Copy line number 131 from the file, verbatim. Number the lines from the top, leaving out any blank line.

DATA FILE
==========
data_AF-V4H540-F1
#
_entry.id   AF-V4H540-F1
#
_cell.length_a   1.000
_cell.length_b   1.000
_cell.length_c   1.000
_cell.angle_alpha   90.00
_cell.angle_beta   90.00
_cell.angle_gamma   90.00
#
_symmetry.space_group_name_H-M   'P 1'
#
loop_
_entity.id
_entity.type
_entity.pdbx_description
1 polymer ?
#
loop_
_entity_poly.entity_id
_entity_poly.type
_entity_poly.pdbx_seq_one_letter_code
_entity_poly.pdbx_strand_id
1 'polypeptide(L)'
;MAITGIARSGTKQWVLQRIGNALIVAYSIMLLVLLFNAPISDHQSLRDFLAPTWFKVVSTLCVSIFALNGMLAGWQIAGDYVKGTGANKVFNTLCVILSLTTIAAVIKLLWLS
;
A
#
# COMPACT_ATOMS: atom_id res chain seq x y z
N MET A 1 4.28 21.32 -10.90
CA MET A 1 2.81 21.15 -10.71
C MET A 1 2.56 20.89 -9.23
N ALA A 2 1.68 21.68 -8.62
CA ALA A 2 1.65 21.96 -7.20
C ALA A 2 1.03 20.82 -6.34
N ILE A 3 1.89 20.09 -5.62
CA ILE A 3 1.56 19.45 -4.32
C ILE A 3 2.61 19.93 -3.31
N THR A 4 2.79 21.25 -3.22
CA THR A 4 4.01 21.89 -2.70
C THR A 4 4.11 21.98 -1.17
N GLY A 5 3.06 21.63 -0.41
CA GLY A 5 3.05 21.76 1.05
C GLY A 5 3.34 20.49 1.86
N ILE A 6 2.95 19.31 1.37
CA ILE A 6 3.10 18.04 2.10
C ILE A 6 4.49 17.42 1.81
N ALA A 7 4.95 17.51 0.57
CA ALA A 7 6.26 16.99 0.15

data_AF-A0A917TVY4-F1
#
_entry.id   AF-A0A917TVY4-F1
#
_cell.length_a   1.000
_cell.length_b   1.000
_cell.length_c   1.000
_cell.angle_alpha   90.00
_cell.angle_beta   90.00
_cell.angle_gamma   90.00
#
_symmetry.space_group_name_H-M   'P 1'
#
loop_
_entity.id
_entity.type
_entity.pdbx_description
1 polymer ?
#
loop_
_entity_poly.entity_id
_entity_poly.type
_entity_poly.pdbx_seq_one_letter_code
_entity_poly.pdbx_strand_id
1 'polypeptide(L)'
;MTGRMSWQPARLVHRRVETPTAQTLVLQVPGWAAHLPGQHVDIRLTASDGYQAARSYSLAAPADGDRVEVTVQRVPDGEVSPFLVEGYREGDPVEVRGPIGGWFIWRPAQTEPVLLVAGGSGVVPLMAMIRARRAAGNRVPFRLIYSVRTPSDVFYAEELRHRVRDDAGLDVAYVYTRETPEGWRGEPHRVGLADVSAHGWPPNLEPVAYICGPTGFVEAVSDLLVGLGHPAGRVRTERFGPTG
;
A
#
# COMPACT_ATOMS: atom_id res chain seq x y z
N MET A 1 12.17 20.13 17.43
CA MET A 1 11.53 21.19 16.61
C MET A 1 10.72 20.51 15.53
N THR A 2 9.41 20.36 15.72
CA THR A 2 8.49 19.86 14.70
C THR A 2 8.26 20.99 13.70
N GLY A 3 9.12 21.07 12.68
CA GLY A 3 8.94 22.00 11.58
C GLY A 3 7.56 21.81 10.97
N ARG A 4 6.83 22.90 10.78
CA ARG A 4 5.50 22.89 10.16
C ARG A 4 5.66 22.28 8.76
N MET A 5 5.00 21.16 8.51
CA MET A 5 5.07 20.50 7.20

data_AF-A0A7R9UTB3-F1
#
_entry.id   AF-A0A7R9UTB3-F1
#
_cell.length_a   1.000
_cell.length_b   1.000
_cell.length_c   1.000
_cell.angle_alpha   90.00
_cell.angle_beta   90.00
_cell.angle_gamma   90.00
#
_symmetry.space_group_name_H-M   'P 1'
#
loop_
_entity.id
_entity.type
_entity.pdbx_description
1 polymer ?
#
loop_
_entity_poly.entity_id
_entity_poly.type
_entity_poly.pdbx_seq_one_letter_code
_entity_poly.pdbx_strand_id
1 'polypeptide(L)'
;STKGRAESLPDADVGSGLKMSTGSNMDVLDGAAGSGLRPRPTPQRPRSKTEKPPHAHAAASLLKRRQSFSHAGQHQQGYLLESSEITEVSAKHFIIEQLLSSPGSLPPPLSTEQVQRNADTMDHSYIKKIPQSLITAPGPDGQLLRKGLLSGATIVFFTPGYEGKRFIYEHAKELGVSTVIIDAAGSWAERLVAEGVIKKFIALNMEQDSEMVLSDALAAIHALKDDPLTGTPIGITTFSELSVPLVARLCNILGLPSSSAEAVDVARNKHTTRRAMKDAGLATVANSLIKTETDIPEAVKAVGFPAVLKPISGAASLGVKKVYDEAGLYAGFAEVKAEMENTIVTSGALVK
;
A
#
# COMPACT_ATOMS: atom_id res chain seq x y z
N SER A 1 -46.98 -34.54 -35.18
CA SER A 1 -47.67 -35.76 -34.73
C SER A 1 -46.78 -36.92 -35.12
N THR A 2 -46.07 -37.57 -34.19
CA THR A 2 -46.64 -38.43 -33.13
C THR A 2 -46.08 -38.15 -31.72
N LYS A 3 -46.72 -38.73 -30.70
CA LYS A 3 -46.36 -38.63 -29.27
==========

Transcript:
N LYS A 3 -46.72 -38.73 -30.70